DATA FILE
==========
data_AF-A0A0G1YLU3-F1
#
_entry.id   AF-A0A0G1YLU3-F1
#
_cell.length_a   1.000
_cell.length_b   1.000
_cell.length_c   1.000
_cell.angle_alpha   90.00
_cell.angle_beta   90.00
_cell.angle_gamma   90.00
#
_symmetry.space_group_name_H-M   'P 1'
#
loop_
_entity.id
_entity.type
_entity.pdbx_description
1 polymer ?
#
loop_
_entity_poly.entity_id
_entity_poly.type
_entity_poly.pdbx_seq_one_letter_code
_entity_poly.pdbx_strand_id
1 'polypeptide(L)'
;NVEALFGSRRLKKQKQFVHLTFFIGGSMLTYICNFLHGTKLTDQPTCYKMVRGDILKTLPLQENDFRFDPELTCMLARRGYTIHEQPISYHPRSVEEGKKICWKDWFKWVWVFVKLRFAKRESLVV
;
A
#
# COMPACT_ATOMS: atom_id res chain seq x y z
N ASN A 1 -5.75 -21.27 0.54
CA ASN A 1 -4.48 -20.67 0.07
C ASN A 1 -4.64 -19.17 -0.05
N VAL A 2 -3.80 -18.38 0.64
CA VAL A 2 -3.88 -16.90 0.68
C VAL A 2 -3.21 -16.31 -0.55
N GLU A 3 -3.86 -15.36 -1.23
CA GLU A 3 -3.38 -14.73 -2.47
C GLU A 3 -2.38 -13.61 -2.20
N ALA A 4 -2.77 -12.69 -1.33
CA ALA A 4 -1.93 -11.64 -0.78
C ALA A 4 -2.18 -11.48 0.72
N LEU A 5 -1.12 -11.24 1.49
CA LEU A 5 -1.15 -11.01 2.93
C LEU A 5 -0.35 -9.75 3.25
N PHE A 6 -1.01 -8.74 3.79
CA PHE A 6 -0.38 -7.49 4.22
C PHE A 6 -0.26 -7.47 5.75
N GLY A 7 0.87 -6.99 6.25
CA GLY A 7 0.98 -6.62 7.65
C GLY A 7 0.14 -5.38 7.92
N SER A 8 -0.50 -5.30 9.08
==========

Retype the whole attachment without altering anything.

data_AF-A0A0G1YLU3-F1
#
_entry.id   AF-A0A0G1YLU3-F1
#
_cell.length_a   1.000
_cell.length_b   1.000
_cell.length_c   1.000
_cell.angle_alpha   90.00
_cell.angle_beta   90.00
_cell.angle_gamma   90.00
#
_symmetry.space_group_name_H-M   'P 1'
#
loop_
_entity.id
_entity.type
_entity.pdbx_description
1 polymer ?
#
loop_
_entity_poly.entity_id
_entity_poly.type
_entity_poly.pdbx_seq_one_letter_code
_entity_poly.pdbx_strand_id
1 'polypeptide(L)'
;NVEALFGSRRLKKQKQFVHLTFFIGGSMLTYICNFLHGTKLTDQPTCYKMVRGDILKTLPLQENDFRFDPELTCMLARRGYTIHEQPISYHPRSVEEGKKICWKDWFKWVWVFVKLRFAKRESLVV
;
A
#
# COMPACT_ATOMS: atom_id res chain seq x y z
N ASN A 1 -5.75 -21.27 0.54
CA ASN A 1 -4.48 -20.67 0.07
C ASN A 1 -4.64 -19.17 -0.05
N VAL A 2 -3.80 -18.38 0.64
CA VAL A 2 -3.88 -16.90 0.68
C VAL A 2 -3.21 -16.31 -0.55
N GLU A 3 -3.86 -15.36 -1.23
CA GLU A 3 -3.38 -14.73 -2.47
C GLU A 3 -2.38 -13.61 -2.20
N ALA A 4 -2.77 -12.69 -1.33
CA ALA A 4 -1.93 -11.64 -0.78
C ALA A 4 -2.18 -11.48 0.72
N LEU A 5 -1.12 -11.24 1.49
CA LEU A 5 -1.15 -11.01 2.93
C LEU A 5 -0.35 -9.75 3.25
N PHE A 6 -1.01 -8.74 3.79
CA PHE A 6 -0.38 -7.49 4.22
C PHE A 6 -0.26 -7.47 5.75
N GLY A 7 0.87 -6.99 6.25
CA GLY A 7 0.98 -6.62 7.65
C GLY A 7 0.14 -5.38 7.92
N SER A 8 -0.50 -5.30 9.08